We were asked to do an autobiographical relief (that means a half-sculpture, like a raised drawing) using clay as a mold. We were to mark the clay with found objects that were special to us.
Can you make out the different objects embossed on my mandala? There’s a nut in there somewhere, a couple of gameboard pieces, tips of long things we use everyday, etc.
How do you narrate an autobiography through a relief sculpture?
- Make a mold border measuring 12″ x 16″ x 2″ (inside measurement) using wood.
- Lay 1″ flat layer of modelling clay inside the mold border, and leave the remaining 1″ empty.
- Create texture and debossed images by pressing objects against the clay layer to achieve your desired autobiographical composition.
- Pour plaster of paris up to the rim of wood border, and use a piece of flat wood to level the plaster cast and remove excess material.
- Separate the plaster relief from its clay mold.
- Clean and prepare for presentation.
I was sick on demo day so I wasn’t so confident to do it on my own at home… True enough, my first attempt failed, and it took careful experimentation with the plaster mix and clay pressings to get it right on the second try.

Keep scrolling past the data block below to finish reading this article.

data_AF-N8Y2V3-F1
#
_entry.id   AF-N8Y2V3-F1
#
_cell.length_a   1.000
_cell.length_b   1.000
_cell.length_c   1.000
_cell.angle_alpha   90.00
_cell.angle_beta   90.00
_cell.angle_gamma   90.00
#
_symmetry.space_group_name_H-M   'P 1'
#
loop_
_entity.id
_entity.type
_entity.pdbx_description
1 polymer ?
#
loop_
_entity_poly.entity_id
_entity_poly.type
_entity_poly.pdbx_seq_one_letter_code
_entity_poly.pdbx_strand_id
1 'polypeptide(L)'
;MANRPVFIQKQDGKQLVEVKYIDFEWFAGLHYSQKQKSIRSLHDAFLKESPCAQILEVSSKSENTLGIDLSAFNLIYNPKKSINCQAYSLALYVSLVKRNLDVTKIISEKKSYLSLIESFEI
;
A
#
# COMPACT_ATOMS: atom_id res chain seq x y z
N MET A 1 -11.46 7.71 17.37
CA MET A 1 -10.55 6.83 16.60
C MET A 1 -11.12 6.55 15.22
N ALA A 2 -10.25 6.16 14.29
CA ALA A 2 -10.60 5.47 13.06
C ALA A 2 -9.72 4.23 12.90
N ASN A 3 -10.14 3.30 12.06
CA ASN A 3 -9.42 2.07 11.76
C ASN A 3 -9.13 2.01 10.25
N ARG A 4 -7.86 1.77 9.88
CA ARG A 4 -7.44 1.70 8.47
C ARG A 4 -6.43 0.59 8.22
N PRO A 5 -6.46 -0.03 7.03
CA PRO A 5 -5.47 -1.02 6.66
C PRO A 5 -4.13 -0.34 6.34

I originally wanted to do a piece on “flow”. My first design was a wave, inspired by The Great Wave at Kanagawa (from a Series of Thirty-Six Views of Mount Fuji) by Katsushika Hokusai:
Here’s Cris helping me out with a big smile. The plaster was already dry at this point and ready to be separated from the mold.
We were careful in removing the wooden frames– the slightest pressure would crack the sculpture.
Because I skipped the demo, I didn’t know that you weren’t supposed to do it this way.
The right way would’ve been to just lay the whole thing on the floor with the plaster side at the bottom, remove the frames all around, then lift the wooden backing and clay off the sculpture.
Attempt#1 ended up with lots of cracked pieces…
Realized my wave design with deep impressions wasn’t going to work for this plate.
Attempt#2: We built the frame again, re-kneaded and laid out the clay layer. I changed my design altogether and went with a mandala theme.
To the right, you can see the objects I used to deboss the clay: paintbrushes, a pen, key to my first house, costume beads, siling labuyo, butterfly charm, and leaves from my favorite indoor plant: the zamia.
Voila! Here’s the final plate, presented on the last day of class for the first semester (hence the big smile) 🙂
More works from classmates: